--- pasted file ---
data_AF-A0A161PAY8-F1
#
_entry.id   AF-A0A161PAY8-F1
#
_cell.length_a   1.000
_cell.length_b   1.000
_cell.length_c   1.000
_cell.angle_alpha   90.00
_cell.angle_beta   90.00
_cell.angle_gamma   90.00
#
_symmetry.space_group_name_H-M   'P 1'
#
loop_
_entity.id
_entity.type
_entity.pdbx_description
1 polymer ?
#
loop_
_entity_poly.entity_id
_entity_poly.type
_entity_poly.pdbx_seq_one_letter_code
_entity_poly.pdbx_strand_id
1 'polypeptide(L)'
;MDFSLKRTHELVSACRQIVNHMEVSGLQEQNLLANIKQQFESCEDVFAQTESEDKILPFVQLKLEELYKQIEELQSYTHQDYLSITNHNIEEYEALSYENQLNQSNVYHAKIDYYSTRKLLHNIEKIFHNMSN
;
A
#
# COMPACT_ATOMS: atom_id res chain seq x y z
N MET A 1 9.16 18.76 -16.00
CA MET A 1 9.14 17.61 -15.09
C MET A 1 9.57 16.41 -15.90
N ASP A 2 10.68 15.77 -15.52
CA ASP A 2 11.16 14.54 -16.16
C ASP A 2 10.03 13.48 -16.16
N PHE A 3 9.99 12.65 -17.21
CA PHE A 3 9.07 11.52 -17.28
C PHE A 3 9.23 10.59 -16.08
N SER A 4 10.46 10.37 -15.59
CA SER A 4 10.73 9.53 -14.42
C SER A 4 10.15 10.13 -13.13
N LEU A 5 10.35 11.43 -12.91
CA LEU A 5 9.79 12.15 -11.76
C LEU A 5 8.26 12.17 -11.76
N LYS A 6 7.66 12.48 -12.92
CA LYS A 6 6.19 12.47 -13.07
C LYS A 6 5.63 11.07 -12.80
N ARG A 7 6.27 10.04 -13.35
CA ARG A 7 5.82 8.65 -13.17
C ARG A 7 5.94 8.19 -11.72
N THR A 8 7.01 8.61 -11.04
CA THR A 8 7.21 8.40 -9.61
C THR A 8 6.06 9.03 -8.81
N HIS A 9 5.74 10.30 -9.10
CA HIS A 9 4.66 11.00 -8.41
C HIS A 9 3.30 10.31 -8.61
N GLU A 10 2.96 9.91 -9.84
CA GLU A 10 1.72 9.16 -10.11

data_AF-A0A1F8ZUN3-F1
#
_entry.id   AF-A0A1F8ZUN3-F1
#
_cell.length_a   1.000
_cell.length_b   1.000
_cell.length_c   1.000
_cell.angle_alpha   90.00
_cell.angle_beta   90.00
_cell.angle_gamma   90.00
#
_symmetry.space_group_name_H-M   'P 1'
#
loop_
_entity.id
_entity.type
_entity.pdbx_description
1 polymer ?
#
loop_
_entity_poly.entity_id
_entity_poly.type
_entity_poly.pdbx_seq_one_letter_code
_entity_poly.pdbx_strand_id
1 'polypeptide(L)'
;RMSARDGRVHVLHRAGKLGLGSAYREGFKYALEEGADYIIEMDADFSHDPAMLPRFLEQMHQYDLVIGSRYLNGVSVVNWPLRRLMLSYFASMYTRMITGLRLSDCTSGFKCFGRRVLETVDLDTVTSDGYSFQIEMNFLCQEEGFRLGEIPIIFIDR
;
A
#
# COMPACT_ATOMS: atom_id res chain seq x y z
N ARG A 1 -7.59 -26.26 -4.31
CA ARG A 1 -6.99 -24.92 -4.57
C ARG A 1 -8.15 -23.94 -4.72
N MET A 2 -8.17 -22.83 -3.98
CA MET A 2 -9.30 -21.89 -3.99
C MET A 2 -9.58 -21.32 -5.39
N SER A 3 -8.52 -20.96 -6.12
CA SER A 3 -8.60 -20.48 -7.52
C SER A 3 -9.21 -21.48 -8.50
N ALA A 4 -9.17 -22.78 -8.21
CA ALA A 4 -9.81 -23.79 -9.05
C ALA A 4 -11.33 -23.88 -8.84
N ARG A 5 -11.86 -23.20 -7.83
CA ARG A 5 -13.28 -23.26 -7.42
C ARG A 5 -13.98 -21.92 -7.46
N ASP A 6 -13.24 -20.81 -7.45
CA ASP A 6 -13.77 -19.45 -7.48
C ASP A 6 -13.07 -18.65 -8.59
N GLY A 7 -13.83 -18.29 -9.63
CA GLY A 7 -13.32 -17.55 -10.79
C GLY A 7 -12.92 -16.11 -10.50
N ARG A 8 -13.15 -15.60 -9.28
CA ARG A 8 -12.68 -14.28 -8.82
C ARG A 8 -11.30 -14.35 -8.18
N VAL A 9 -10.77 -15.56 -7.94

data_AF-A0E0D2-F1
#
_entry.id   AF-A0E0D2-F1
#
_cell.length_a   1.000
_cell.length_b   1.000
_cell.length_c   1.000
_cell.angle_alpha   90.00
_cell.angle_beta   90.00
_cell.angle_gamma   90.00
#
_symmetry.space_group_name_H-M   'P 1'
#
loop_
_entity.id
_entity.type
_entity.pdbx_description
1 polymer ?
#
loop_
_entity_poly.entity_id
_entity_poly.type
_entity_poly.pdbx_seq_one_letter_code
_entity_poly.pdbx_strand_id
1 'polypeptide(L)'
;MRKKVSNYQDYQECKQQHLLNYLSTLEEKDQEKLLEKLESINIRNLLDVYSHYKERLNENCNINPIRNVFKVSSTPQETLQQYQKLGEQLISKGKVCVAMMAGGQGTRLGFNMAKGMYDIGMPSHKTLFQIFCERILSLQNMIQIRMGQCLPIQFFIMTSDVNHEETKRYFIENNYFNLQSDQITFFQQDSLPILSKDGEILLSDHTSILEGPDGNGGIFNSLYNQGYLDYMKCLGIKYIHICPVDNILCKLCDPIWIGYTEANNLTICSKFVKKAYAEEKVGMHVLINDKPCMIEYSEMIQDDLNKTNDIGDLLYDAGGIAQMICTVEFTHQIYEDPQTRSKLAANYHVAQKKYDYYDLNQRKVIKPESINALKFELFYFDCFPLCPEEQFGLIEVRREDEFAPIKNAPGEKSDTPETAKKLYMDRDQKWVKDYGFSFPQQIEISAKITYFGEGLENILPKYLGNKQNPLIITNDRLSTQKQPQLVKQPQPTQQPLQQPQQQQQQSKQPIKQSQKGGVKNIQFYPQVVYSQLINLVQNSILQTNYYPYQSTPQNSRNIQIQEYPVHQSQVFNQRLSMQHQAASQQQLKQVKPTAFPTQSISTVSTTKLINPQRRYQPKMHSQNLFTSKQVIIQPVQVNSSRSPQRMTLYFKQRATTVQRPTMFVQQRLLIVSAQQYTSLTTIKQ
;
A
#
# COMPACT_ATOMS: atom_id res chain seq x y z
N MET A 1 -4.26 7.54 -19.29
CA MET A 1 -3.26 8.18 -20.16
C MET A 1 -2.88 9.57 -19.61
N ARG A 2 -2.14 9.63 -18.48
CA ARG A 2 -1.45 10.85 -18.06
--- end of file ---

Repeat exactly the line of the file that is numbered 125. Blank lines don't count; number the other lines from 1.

#